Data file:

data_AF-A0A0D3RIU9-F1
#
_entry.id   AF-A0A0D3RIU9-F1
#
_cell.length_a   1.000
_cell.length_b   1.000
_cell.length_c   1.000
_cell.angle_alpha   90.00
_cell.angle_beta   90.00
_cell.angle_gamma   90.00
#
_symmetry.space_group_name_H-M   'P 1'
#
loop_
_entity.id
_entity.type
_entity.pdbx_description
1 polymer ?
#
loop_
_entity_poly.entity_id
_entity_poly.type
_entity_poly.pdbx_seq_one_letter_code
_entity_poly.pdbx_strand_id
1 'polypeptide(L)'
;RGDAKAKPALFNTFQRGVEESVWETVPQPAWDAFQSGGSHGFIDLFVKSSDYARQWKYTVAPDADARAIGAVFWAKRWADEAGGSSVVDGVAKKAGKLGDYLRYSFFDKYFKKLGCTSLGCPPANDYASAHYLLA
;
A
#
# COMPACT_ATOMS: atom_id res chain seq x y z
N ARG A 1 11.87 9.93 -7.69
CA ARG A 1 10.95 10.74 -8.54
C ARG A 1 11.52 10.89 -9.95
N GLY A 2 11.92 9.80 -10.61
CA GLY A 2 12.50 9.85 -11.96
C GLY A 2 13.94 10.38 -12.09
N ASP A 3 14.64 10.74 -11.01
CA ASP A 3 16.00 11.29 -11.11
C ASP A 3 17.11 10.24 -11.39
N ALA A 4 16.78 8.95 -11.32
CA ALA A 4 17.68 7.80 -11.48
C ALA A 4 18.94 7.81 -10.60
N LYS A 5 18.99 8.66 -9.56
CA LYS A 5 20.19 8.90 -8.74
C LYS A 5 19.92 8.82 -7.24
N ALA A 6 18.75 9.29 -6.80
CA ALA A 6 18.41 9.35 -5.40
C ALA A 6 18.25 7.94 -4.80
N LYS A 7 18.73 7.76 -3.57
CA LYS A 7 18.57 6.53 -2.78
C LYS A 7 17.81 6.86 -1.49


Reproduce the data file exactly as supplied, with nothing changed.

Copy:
data_AF-A0A0D3RIU9-F1
#
_entry.id   AF-A0A0D3RIU9-F1
#
_cell.length_a   1.000
_cell.length_b   1.000
_cell.length_c   1.000
_cell.angle_alpha   90.00
_cell.angle_beta   90.00
_cell.angle_gamma   90.00
#
_symmetry.space_group_name_H-M   'P 1'
#
loop_
_entity.id
_entity.type
_entity.pdbx_description
1 polymer ?
#
loop_
_entity_poly.entity_id
_entity_poly.type
_entity_poly.pdbx_seq_one_letter_code
_entity_poly.pdbx_strand_id
1 'polypeptide(L)'
;RGDAKAKPALFNTFQRGVEESVWETVPQPAWDAFQSGGSHGFIDLFVKSSDYARQWKYTVAPDADARAIGAVFWAKRWADEAGGSSVVDGVAKKAGKLGDYLRYSFFDKYFKKLGCTSLGCPPANDYASAHYLLA
;
A
#
# COMPACT_ATOMS: atom_id res chain seq x y z
N ARG A 1 11.87 9.93 -7.69
CA ARG A 1 10.95 10.74 -8.54
C ARG A 1 11.52 10.89 -9.95
N GLY A 2 11.92 9.80 -10.61
CA GLY A 2 12.50 9.85 -11.96
C GLY A 2 13.94 10.38 -12.09
N ASP A 3 14.64 10.74 -11.01
CA ASP A 3 16.00 11.29 -11.11
C ASP A 3 17.11 10.24 -11.39
N ALA A 4 16.78 8.95 -11.32
CA ALA A 4 17.68 7.80 -11.48
C ALA A 4 18.94 7.81 -10.60
N LYS A 5 18.99 8.66 -9.56
CA LYS A 5 20.19 8.90 -8.74
C LYS A 5 19.92 8.82 -7.24
N ALA A 6 18.75 9.29 -6.80
CA ALA A 6 18.41 9.35 -5.40
C ALA A 6 18.25 7.94 -4.80
N LYS A 7 18.73 7.76 -3.57
CA LYS A 7 18.57 6.53 -2.78
C LYS A 7 17.81 6.86 -1.49